Small Synagogue, currently archives, Rzeszów
Narodowy Instytut Dziedzictwa pl

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Small Synagogue, currently archives



It is one of the oldest preserved synagogues in the whole Podkarpackie Voivodeship. It was also called “Old School” or “Old Town Synagogue”. The Synagogue was built in the Renaissance style. It is of historical importance as material evidence of the oldest complex of buildings in the city and an essential part of its spatial layout.


The Synagogue was built in the early 17th century (around 1610) probably on the site formerly occupied by a wooden synagogue used by Jews settled in the first half of the 16th century. During the construction of town fortifications by Mikołaj Spytek Ligęza, the Old Town Synagogue was included in the area of a corner bastion and also served as a point of assembly of crews obliged to defend the town and store weapons and ammunition. Shortly after its construction, the synagogue building was damaged during the invasion of George II Rákóczi, Prince of Transylvania, whose troops combined with the Cossacks plundered and then burned down the town. It was again damaged during the Tatar invasion in 1672 and the town fire in 1698. After the fire, the roof cladding of the synagogue was replaced with new beaver tail tiles. According to the plan of 1762, developed by Karol Henryk Wiedemann, showing the body of the synagogue building from that time, the building was erected on a nearly square floor plan, covered with a conical hip roof, with lower annexes topped with mono-pitched roofs with a fortified tower in the south-western corner, whose purpose was to provide access between rooms (staircase leading to the attic and to a dungeon and prison). After 1842, the roof cladding was changed from roof tiles to sheet metal cladding; the roof pitch was lowered and the roof was converted into a gable roof with a roof ridge on the east-west axis. Between 1905 and 1906, the synagogue was extended (upwards by adding a narthex to the west) according to a design by Zygmunt Hendel. During the occupation, after the Jews were displaced in the summer of 1942, the synagogue was used as a storage of stolen furniture. The synagogue was devastated, as a result of which in 1945 vaults collapsed and in subsequent years the roof structure. Due to the fact that the structure was gradually falling into ruin and the Jewish Congregation showed no interest in the synagogue, in 1954 it was decided that the synagogue would be taken over by the National Archives after renovation and adaptation. The renovation was completed in 1959. In 1999, the synagogue again became the property of the Jewish Community in Cracow in use by the National Archives.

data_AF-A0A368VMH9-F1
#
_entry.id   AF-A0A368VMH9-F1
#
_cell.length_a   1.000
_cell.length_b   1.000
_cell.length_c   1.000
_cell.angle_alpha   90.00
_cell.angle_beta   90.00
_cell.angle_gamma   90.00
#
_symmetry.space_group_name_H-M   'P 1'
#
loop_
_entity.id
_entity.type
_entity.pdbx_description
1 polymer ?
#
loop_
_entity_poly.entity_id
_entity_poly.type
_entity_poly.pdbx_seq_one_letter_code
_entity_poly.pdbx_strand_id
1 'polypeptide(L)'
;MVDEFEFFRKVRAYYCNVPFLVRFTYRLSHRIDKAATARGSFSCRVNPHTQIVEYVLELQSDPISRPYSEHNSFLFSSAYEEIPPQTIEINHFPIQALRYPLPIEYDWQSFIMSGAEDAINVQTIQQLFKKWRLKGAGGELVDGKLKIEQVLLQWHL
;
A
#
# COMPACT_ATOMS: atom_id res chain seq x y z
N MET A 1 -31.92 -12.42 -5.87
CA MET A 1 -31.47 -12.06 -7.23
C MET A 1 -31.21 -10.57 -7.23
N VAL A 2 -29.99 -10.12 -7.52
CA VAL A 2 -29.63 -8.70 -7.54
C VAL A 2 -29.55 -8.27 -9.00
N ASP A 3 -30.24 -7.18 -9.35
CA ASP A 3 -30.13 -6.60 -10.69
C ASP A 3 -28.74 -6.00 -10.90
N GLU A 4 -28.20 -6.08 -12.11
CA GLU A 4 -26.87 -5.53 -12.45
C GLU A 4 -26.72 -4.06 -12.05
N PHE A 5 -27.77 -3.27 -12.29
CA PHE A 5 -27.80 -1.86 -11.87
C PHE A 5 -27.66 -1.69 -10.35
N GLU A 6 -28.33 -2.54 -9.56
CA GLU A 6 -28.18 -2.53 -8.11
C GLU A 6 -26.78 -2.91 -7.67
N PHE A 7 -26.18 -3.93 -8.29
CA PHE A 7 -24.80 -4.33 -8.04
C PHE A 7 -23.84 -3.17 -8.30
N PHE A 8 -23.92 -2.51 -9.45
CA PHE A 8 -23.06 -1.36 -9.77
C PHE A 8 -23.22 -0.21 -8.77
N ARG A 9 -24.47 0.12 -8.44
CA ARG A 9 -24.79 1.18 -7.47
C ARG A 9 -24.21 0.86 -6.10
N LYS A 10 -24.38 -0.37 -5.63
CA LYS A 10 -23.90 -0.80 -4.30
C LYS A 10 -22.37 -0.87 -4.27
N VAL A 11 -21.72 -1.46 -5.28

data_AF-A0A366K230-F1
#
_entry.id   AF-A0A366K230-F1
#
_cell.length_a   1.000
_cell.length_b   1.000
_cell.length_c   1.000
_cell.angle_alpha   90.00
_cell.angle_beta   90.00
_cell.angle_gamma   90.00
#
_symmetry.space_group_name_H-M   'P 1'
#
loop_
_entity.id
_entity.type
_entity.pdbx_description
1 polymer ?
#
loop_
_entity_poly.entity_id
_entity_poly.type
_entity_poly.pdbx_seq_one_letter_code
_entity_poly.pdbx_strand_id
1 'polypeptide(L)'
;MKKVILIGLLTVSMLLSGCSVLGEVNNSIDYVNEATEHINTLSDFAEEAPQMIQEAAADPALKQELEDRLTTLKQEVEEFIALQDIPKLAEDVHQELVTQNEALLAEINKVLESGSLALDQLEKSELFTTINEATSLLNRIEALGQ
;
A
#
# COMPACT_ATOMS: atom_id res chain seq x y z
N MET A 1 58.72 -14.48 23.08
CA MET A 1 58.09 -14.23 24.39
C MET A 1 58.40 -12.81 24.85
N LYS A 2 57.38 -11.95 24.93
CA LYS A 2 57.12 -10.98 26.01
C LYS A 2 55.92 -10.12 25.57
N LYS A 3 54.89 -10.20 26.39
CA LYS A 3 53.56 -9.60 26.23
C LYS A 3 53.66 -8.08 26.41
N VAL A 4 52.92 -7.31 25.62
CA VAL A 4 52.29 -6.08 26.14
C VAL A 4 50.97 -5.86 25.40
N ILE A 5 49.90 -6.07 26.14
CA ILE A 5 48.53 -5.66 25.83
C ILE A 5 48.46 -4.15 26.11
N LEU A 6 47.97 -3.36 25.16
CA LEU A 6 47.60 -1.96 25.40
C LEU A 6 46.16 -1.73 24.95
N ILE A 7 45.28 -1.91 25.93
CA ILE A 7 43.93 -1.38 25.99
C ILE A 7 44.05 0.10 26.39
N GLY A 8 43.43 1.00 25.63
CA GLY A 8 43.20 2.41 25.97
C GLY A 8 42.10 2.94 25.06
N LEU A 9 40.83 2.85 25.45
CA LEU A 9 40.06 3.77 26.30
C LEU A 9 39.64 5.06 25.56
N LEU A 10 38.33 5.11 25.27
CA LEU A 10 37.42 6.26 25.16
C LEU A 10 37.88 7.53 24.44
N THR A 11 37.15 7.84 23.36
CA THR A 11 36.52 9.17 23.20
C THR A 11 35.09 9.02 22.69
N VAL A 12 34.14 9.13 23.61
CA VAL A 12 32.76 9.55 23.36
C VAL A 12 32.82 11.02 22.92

The synagogue is located in the eastern part of the Old Town and adjoins Bożnicza Street to the west.

The building represents the type of the five-field Polis synagogue.

The building was erected on a nearly square floor plan, buttressed in the corners and in the middle of the walls, with a tower in the north-western corner, embedded in a buttress extending beyond the outline of the building. A narrow rectangular annex adjoins the building to the south.

The building consist of one storey and a basement underneath some of its sections. The main body of the synagogue is covered with a tall steep Dutch gable roof clad with sheet metal. The rectangular annex to the south is topped with three separate three-slope roofs. On the upper storey, the annex is connected to the Archives building in Mickiewicza Street by a connecting section. The cylindrical tower is covered with a conical roof.

The structure is built of split stone and brick. Peripheral walls are about 160 cm thick. The roofs are clad with copper sheet. The turret roof is covered with wood shingles.

The southern and western façades are plastered. The other two façades are finished with stone, with a small amount of bricks unevenly distributed in the wall. The turret is plastered, with buttresses below made of brick. The façades are topped with a pronounced crowning cornice. The southern façade is pierced by an entrance door decorated with ornamental surrounds. The annex is surrounded by an offset in the form of a pronounced half-cylinder. The roofs of the rectangular annex are topped with two longitudinal dormers, each with three small windows. The eastern façade is pierced by two rectangular windows surmounted by full arches. Above there is a gable with a pediment covered with boards in a herringbone pattern. A small dormer is located in the middle of the pediment. Similarly as the eastern façade, the western façade was additionally fitted with a cylindrical tower in the north-western corner. The north façade is pierced by rectangular windows with semicircular arches.

The interior was completely altered and is devoid of the original layout and décor.

No visitor access to the monument (National Archives).

compiled by Mieczysław Kuś, Regional Branch of the National Heritage Board of Poland in Rzeszów, 10-12-2014.


  • Record sheet, Synagoga Staromiejska tzw. „Mała”, ul. Bożnicza, prepared by Łyżka R., Rzeszów 2008, Archives of the Regional Office for the Protection of Historical Monuments, Rzeszów Regional Office.
  • Encyklopedia Rzeszowa, 2nd Edition: Synagoga Staromiejska (Mała, Stara Szkoła), p. 790, prepared by Henning W.
  • Katalog zabytków sztuki w Polsce. Powiat Rzeszów - miasto Rzeszów, prepared by Dunin-Fishinger B., Fishinger A., pp. 17-18, typescript available at the Archives of the National Heritage Board of Poland, Regional Office in Rzeszów.

General information

  • Type: synagogue
  • Chronology: ok. 1610 r.
  • Form of protection: register of monuments
  • Address: Bożnicza 4, Rzeszów
  • Location: Voivodeship podkarpackie, district Rzeszów, commune Rzeszów
  • Source: National Heritage Board of Poland


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